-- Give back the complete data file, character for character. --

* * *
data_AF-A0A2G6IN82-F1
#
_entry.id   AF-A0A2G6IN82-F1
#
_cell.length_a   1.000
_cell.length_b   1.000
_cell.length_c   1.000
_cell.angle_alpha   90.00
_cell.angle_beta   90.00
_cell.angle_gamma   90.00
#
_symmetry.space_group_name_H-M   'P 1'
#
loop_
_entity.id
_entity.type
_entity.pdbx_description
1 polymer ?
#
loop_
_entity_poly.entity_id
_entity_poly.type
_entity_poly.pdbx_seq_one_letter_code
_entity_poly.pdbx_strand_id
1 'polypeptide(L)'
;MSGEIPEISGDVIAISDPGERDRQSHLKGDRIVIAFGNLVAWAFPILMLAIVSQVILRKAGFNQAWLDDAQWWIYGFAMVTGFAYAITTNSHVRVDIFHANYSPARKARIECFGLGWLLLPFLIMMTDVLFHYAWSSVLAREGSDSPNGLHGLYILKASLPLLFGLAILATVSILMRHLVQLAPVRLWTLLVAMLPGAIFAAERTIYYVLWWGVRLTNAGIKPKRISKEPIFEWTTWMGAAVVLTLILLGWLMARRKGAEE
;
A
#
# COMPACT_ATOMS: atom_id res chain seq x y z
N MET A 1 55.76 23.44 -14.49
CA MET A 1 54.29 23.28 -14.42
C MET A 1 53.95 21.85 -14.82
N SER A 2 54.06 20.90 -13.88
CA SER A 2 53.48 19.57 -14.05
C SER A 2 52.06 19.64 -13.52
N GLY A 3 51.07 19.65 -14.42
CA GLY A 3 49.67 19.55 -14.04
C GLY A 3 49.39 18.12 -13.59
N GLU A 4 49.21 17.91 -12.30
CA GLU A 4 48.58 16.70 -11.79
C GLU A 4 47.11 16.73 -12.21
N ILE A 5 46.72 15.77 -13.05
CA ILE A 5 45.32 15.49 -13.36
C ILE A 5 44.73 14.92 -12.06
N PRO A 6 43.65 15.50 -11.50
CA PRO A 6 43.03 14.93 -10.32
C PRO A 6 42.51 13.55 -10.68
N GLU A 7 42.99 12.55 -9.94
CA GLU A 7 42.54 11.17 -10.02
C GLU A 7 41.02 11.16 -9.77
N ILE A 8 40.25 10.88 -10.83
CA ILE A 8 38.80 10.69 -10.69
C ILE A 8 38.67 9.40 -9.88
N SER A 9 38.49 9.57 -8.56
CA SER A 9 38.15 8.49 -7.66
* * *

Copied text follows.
data_AF-A0A2G6IN82-F1
#
_entry.id   AF-A0A2G6IN82-F1
#
_cell.length_a   1.000
_cell.length_b   1.000
_cell.length_c   1.000
_cell.angle_alpha   90.00
_cell.angle_beta   90.00
_cell.angle_gamma   90.00
#
_symmetry.space_group_name_H-M   'P 1'
#
loop_
_entity.id
_entity.type
_entity.pdbx_description
1 polymer ?
#
loop_
_entity_poly.entity_id
_entity_poly.type
_entity_poly.pdbx_seq_one_letter_code
_entity_poly.pdbx_strand_id
1 'polypeptide(L)'
;MSGEIPEISGDVIAISDPGERDRQSHLKGDRIVIAFGNLVAWAFPILMLAIVSQVILRKAGFNQAWLDDAQWWIYGFAMVTGFAYAITTNSHVRVDIFHANYSPARKARIECFGLGWLLLPFLIMMTDVLFHYAWSSVLAREGSDSPNGLHGLYILKASLPLLFGLAILATVSILMRHLVQLAPVRLWTLLVAMLPGAIFAAERTIYYVLWWGVRLTNAGIKPKRISKEPIFEWTTWMGAAVVLTLILLGWLMARRKGAEE
;
A
#
# COMPACT_ATOMS: atom_id res chain seq x y z
N MET A 1 55.76 23.44 -14.49
CA MET A 1 54.29 23.28 -14.42
C MET A 1 53.95 21.85 -14.82
N SER A 2 54.06 20.90 -13.88
CA SER A 2 53.48 19.57 -14.05
C SER A 2 52.06 19.64 -13.52
N GLY A 3 51.07 19.65 -14.42
CA GLY A 3 49.67 19.55 -14.04
C GLY A 3 49.39 18.12 -13.59
N GLU A 4 49.21 17.91 -12.30
CA GLU A 4 48.58 16.70 -11.79
C GLU A 4 47.11 16.73 -12.21
N ILE A 5 46.72 15.77 -13.05
CA ILE A 5 45.32 15.49 -13.36
C ILE A 5 44.73 14.92 -12.06
N PRO A 6 43.65 15.50 -11.50
CA PRO A 6 43.03 14.93 -10.32
C PRO A 6 42.51 13.55 -10.68
N GLU A 7 42.99 12.55 -9.94
CA GLU A 7 42.54 11.17 -10.02
C GLU A 7 41.02 11.16 -9.77
N ILE A 8 40.25 10.88 -10.83
CA ILE A 8 38.80 10.69 -10.69
C ILE A 8 38.67 9.40 -9.88
N SER A 9 38.49 9.57 -8.56
CA SER A 9 38.15 8.49 -7.66